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Published: September 16th 2011
Here are some new photos after my short trips to Pushkin, Lomonosov, Gatchina, and Zelenogorsk. Definitely those places are of much interest. Zelenogorsk I didn't see previously, so I can say that it's a wonderful place, looking like a resort. It's full of trees and greenery and has two interesting churches and generally the place is pleasing in all aspects. I have already written about Pushkin, Lomonosov and Gatchina. I had about 10 days off work in September and had nothing to do, so it was a good idea to revisit those places. In October I will go to some other interesting destinations near St. Petersburg.
This time (30 May 2013) I add the photoes of Shlisselburg Fortress (Oreshek) where we went in 2011 in the company of three persons. The weather was not fine, so photoes are few. It was founded in 1323. During the Great Patriotic War, it was sieged for 500 days but the garrison did not allow the Nazis to win. The fortress is located on an island, so its merit is obvious. Beware that it looks very gloomy (Wars are not fun, neither the first, nor the second, nor the n-th). New text:
Strelna October 6
I bought a ticket for a guided excursion via the Konstantin Palace website for 350 Roubles. I have been planning to visit Strelna since 2007, and six years later I finally went there.
I descended the marshrutka near Sergiyeva Primorskaya Pustyn, an Orthodox friary founded in 1734, whereof only a single eye-catching construction has survived (the gate church of Savva Stratilat), the other churches were destroyed in the 1930-ies and during the War.
Strelna is a small settlement close to St. Petersburg and Peterhof, on the Finnish Bay shore, and boasts a fine architectural monument of the XVIII century – Konstanin Palace and Park Ensemble, or, since 2003, the Palace of Congress. Until 1917, the manor was property of the Russian Emperors, the first owner being Peter the Great, in 1797 Pavel I gifted it to his son – Grand Duke Konstantin Pavlovitch, after whom the palace is named. During the Great Patriotic War, Strelna complex was almost completely annihilated, but excellently restored not many years ago to house various events, such as summits, balls, etc. The palace interiors and facades, the park, and the channel system were
restored according to ancient drawings, and some new constructions, such as bridges and foundations, also 20 two-storey cottages (the so-called consular village) were built.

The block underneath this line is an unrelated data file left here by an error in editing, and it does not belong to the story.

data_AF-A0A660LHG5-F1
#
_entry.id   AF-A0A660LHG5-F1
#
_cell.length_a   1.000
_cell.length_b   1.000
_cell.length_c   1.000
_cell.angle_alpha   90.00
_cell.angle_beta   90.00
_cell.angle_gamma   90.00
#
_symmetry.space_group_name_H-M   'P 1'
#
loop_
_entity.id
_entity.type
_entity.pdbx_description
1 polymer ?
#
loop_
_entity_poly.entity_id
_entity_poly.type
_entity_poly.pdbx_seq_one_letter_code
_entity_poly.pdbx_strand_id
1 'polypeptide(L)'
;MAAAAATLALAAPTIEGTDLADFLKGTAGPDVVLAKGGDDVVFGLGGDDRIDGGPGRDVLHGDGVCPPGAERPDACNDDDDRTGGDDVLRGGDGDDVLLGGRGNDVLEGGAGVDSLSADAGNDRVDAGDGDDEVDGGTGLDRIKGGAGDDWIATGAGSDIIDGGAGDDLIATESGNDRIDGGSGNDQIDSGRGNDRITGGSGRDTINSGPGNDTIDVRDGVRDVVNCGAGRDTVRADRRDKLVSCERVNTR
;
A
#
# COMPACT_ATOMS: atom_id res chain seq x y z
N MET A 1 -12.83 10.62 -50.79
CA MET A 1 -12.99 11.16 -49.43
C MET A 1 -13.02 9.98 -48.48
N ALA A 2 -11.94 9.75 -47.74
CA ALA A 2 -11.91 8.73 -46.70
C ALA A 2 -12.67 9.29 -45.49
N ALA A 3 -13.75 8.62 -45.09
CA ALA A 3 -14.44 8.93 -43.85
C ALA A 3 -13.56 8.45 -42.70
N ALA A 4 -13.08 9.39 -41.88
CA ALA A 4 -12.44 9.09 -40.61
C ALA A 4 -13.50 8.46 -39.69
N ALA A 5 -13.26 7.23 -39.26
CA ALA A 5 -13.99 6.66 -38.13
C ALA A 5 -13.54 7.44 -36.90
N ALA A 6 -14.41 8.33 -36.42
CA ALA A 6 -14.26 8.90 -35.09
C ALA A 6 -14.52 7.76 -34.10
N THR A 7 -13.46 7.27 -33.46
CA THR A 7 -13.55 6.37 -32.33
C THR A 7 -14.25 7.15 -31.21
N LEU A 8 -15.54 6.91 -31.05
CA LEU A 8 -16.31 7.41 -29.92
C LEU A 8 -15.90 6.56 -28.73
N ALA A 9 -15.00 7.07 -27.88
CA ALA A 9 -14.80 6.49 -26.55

Visitors are allowed to the palace only in guided groups of 15 persons, and I waited some 20 minutes till the scheduled time. Our guide was a charming lady, young and attractive. We passed the entrance after security check) and walked to the Palace with a monument to Peter I in front of it. Inside the palace, we took off our clothes and put on shoes covers. I wonder whether Presidents and Prime Ministers wear shoe covers, probably not, because they are Excellences and would look funny in such outfit.
We visited three halls, namely, the blue one, the small hall for informal talks very close to the roof, and the marble hall which produced a fine impression on me. It was all yellow though not glittering.
Then the guide showed us the collection of objets d’art collected by Mstislav Rostropovitch and Galina Vishnevskaya, gifted to the State by entrepreneur Alisher Usmanov, including porcelain, paintings, and other curiosities of the past. Porcelain items were excellent, though I’m not an art connoisseur, but in
appearance they were most formidable. Photos were not allowed in the halls of this exhibition. Among the paintings, my attention was drawn by a painting by Boris Grigoryev entitled “Countenances of Russia”. I emphasize this painting because foreign tourist like so much to search for Russia, and they might be interested in searching them in Grigoryev's paintings. As such, however, Konstantin Palace is expensive and its joys are limited - walking in the park, for instance, is prohibited (unless guided, summer only).
Our tour ended on the the terrace overlooking the park where the guide finished her story and returned us back to the entrance gates.
I hope to add some more places of interest to this entry.
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